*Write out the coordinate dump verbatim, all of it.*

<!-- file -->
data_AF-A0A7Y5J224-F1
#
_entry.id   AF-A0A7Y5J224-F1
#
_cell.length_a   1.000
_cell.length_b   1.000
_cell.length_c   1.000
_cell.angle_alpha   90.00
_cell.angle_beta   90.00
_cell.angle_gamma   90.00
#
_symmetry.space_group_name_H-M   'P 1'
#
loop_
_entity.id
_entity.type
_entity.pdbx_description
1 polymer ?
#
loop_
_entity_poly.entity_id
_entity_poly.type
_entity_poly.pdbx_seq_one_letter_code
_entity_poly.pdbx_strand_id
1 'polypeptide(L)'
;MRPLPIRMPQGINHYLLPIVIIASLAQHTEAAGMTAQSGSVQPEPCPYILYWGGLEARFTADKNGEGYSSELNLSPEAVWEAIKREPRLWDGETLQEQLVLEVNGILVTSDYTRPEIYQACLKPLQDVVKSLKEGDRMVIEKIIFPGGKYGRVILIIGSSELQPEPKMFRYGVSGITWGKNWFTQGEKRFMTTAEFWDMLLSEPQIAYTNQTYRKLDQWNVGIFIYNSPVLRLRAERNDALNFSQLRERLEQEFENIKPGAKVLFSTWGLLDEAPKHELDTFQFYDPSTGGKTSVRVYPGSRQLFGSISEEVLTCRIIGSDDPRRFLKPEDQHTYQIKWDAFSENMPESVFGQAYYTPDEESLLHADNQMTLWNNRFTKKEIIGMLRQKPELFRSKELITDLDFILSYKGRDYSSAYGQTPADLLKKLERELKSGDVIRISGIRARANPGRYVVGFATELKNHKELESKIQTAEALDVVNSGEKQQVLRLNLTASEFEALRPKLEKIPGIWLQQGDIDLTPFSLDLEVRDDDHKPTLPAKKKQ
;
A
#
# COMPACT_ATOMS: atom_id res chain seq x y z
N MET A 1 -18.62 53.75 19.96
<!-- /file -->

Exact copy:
data_AF-A0A7Y5J224-F1
#
_entry.id   AF-A0A7Y5J224-F1
#
_cell.length_a   1.000
_cell.length_b   1.000
_cell.length_c   1.000
_cell.angle_alpha   90.00
_cell.angle_beta   90.00
_cell.angle_gamma   90.00
#
_symmetry.space_group_name_H-M   'P 1'
#
loop_
_entity.id
_entity.type
_entity.pdbx_description
1 polymer ?
#
loop_
_entity_poly.entity_id
_entity_poly.type
_entity_poly.pdbx_seq_one_letter_code
_entity_poly.pdbx_strand_id
1 'polypeptide(L)'
;MRPLPIRMPQGINHYLLPIVIIASLAQHTEAAGMTAQSGSVQPEPCPYILYWGGLEARFTADKNGEGYSSELNLSPEAVWEAIKREPRLWDGETLQEQLVLEVNGILVTSDYTRPEIYQACLKPLQDVVKSLKEGDRMVIEKIIFPGGKYGRVILIIGSSELQPEPKMFRYGVSGITWGKNWFTQGEKRFMTTAEFWDMLLSEPQIAYTNQTYRKLDQWNVGIFIYNSPVLRLRAERNDALNFSQLRERLEQEFENIKPGAKVLFSTWGLLDEAPKHELDTFQFYDPSTGGKTSVRVYPGSRQLFGSISEEVLTCRIIGSDDPRRFLKPEDQHTYQIKWDAFSENMPESVFGQAYYTPDEESLLHADNQMTLWNNRFTKKEIIGMLRQKPELFRSKELITDLDFILSYKGRDYSSAYGQTPADLLKKLERELKSGDVIRISGIRARANPGRYVVGFATELKNHKELESKIQTAEALDVVNSGEKQQVLRLNLTASEFEALRPKLEKIPGIWLQQGDIDLTPFSLDLEVRDDDHKPTLPAKKKQ
;
A
#
# COMPACT_ATOMS: atom_id res chain seq x y z
N MET A 1 -18.62 53.75 19.96